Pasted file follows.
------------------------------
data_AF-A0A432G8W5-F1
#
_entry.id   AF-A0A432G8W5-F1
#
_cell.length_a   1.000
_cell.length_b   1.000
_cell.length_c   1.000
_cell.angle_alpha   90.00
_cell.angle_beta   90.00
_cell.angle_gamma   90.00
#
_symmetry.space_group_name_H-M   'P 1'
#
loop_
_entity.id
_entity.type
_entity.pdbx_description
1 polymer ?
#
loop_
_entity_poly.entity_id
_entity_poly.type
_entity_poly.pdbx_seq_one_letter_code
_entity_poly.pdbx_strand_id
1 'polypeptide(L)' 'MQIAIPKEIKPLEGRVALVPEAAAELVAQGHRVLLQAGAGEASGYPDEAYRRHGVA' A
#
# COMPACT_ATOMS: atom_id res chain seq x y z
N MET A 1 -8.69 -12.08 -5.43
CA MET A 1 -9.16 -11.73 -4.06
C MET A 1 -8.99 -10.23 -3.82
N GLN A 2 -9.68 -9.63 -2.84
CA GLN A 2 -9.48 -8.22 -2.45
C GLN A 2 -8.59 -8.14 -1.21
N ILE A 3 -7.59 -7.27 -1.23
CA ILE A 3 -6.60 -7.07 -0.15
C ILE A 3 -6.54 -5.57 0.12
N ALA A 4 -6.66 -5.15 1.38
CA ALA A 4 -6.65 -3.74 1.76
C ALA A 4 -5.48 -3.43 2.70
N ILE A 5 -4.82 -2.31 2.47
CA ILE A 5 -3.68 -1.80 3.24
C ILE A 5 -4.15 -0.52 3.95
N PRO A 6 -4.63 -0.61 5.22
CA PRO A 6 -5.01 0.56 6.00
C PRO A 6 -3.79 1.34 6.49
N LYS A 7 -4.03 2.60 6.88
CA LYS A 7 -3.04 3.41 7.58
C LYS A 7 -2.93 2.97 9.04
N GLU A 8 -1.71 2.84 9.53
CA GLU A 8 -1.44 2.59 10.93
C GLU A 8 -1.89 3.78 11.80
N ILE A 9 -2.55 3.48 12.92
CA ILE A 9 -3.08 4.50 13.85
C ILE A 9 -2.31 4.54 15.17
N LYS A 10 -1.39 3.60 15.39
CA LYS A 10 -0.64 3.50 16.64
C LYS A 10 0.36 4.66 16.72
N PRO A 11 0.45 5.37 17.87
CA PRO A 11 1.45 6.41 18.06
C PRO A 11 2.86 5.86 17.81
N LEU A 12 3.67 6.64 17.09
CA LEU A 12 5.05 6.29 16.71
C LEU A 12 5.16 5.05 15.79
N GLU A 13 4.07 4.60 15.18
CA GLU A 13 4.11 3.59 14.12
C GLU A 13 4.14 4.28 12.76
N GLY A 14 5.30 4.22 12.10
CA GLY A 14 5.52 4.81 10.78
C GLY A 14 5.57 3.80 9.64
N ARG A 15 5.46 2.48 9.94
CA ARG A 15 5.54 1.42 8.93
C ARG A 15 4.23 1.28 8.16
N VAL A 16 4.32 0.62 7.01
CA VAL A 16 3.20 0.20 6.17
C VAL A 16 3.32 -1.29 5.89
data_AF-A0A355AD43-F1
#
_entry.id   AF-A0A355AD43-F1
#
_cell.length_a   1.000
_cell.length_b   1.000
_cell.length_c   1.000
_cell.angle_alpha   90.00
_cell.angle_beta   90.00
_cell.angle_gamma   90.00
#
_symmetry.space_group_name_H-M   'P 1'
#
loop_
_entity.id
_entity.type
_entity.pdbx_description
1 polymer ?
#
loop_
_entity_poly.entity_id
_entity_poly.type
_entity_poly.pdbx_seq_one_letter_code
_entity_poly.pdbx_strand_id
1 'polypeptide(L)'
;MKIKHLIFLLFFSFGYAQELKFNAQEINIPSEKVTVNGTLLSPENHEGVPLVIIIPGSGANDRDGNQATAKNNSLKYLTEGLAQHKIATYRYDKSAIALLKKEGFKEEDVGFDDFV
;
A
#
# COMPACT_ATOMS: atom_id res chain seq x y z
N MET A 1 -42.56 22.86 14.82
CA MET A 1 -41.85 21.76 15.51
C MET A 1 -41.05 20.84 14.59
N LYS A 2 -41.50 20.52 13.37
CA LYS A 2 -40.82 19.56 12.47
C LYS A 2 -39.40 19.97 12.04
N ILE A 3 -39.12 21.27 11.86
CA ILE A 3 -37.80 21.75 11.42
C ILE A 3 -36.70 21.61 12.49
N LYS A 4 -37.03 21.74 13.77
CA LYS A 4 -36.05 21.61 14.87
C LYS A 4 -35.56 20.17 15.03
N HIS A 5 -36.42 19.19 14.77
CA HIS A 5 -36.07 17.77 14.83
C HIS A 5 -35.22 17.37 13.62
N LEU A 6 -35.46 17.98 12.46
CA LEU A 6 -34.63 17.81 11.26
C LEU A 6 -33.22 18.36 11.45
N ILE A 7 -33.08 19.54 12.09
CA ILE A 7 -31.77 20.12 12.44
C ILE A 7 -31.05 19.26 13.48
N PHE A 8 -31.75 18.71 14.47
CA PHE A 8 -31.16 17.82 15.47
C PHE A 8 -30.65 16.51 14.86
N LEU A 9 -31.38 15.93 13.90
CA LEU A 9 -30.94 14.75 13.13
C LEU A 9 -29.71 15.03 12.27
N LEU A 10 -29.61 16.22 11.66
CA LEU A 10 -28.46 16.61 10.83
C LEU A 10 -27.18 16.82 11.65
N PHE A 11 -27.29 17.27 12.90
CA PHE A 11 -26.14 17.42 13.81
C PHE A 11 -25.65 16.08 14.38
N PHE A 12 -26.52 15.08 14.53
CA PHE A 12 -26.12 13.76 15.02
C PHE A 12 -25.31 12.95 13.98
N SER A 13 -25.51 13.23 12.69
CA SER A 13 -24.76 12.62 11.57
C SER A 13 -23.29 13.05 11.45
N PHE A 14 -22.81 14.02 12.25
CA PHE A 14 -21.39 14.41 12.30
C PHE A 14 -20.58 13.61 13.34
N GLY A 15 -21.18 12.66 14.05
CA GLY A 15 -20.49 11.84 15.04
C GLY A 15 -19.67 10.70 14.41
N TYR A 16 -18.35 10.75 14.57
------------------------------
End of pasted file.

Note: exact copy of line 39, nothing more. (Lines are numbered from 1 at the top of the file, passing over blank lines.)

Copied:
C ALA A 4 -5.48 -3.43 2.70